11. Ruth Hatton was born in 1963. Between 1991 and 1997 she lived in East Sheen with her husband and two children. According to information supplied by the Government, her house was 11.7 km from the end of the nearest runway at Heathrow and fell within a daytime noise contour where the level of disturbance from aircraft noise was between 57 and 60 dBa Leq. According to the Government, dBA Leq measures the average degree of community annoyance from aircraft noise over a 16 hour daytime period and studies have shown that in areas where the daytime noise exposure is below 57 dBA Leq there is no significant community annoyance. The Government state that a daytime noise contour of 57 dBA Leq represents a low level of annoyance; 63 dBA Leq represents a moderate level of annoyance; 69 dBA Leq corresponds to a high level of annoyance; and 72 dBA Leq represents a very high level of annoyance.

12. According to Mrs Hatton, in 1993 the level of night noise increased and she began to find noise levels to be "intolerable" at night. She believed that the noise was greater when aircraft were landing at Heathrow from the east. When this happened, Mrs Hatton was unable to sleep without ear plugs and her children were frequently woken up before 6 a.m., and sometimes before 5 a.m. If Mrs Hatton did not wear ear plugs, she would be woken by aircraft activity at around 4 a.m. She was sometimes able to go back to sleep, but found it impossible to go back to sleep once the "early morning bombardment" started which, in the winter of 1996/1997, was between 5 a.m. and 5.30 a.m. When she was woken in this manner, Mrs Hatton tended to suffer from a headache for the rest of the day. When aircraft were landing from the west the noise levels were lower, and Mrs Hatton's children slept much better, generally not waking up until after 6.30 a.m. In the winter of 1993/1994, Mrs Hatton became so run down and depressed by her broken sleep pattern that her doctor prescribed anti-depressants. In October 1997, she moved with her family to Kingston-upon-Thames in order to get away from the aircraft noise at night.

13. Peter Thake was born in 1965. From 1990 until 1998, he lived in Hounslow with his partner. His home in Hounslow was situated 4.4 km from Heathrow airport and slightly to the north of the southern flight path, within a daytime noise contour of between 63 and 66 dBA Leq, according to the Government.

14. Mr Thake claims that in about 1993 the level of disturbance at night from aircraft noise increased notably and he began to be woken or kept awake at night by aircraft noise. Mr Thake found it particularly difficult to sleep in warmer weather, when open windows increased the disturbance from aircraft noise, and closed windows made it too hot to sleep, and he found it hard to go back to sleep after being woken by aircraft noise early in the morning. He was sometimes kept awake by aeroplanes flying until midnight or 1 a.m. and then woken between 4 a.m. and 5 a.m. Mr Thake was also sometimes woken by aeroplanes flying at odd hours in the middle of the night, for example when diverted from another airport. In 1997, Mr Thake became aware that he could complain to the Heathrow Noise Line about aircraft noise if he made a note of the time of the flight. By 30 April 1997, Mr Thake had been sufficiently disturbed to note the time of a flight, and made a complaint to the Heathrow Noise Line on 19 occasions. He remained in Hounslow until February 1998 because his family, friends and place of work were in the Heathrow area, but moved to Winchester, Hampshire, when a suitable job opportunity arose, even though it meant leaving his family and friends, in order to escape from the aircraft noise, which was "driving [him] barmy".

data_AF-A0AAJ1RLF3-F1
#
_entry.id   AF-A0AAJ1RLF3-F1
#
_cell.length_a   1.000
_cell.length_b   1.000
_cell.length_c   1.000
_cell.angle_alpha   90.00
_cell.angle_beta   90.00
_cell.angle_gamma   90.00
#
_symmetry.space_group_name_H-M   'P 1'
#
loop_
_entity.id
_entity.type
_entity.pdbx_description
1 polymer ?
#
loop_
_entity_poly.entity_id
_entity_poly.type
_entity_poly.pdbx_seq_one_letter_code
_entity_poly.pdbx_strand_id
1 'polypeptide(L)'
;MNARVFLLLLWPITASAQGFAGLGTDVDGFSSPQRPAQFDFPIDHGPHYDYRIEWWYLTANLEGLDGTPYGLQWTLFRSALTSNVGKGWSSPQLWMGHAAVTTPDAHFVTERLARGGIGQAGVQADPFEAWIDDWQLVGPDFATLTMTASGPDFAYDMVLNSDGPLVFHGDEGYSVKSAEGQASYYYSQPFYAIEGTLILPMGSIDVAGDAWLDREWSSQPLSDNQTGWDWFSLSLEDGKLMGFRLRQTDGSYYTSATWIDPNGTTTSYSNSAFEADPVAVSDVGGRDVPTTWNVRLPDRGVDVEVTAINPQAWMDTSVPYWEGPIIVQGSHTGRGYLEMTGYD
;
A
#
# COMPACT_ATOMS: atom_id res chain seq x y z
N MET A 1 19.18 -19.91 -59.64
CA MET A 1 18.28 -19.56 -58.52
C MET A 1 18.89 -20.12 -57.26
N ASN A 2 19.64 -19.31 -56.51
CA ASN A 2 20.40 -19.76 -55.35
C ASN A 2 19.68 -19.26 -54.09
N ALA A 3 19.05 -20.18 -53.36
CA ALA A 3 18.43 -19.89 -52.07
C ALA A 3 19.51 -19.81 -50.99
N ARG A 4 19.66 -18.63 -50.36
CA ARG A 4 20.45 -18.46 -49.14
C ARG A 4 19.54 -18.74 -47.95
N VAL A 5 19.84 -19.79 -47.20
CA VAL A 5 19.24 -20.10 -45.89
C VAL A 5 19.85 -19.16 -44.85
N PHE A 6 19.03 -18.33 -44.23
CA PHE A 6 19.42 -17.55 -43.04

15. John Hartley was born in 1948 and has lived with his wife at his present address in Richmond since 1989. According to the information provided by the Government, Mr Hartley's house is 9.4 km from the end of the nearest Heathrow runway, and, situated almost directly under the southern approach to the airport, within a daytime noise contour area of between 60 and 63 dBA Leq. The windows of the house are double-glazed.

16. From 1993, Mr Hartley claims to have noticed a "huge" increase in the disturbance caused by flights between 6 a.m. and 6.30 a.m. (or 8 a.m. on Sundays). He states that the British Airports Authority did not operate a practice of alternation (using only one runway for landings for half the day, and then switching landings to the other runway) during this period as it did during the day, and the airport regularly had aircraft landing from the east on both runways. When the wind was blowing from the west and aeroplanes were landing from the east, which was about 70% of the time, aircraft noise would continue until about midnight, so that Mr Hartley was unable to go to sleep earlier than then. He would find it impossible to sleep after 6 a.m. on any day of the week, and was usually disturbed by aircraft noise at about 5 a.m., after which he found he could not go back to sleep. When the aeroplanes were landing from the west, Mr Hartley was able to sleep.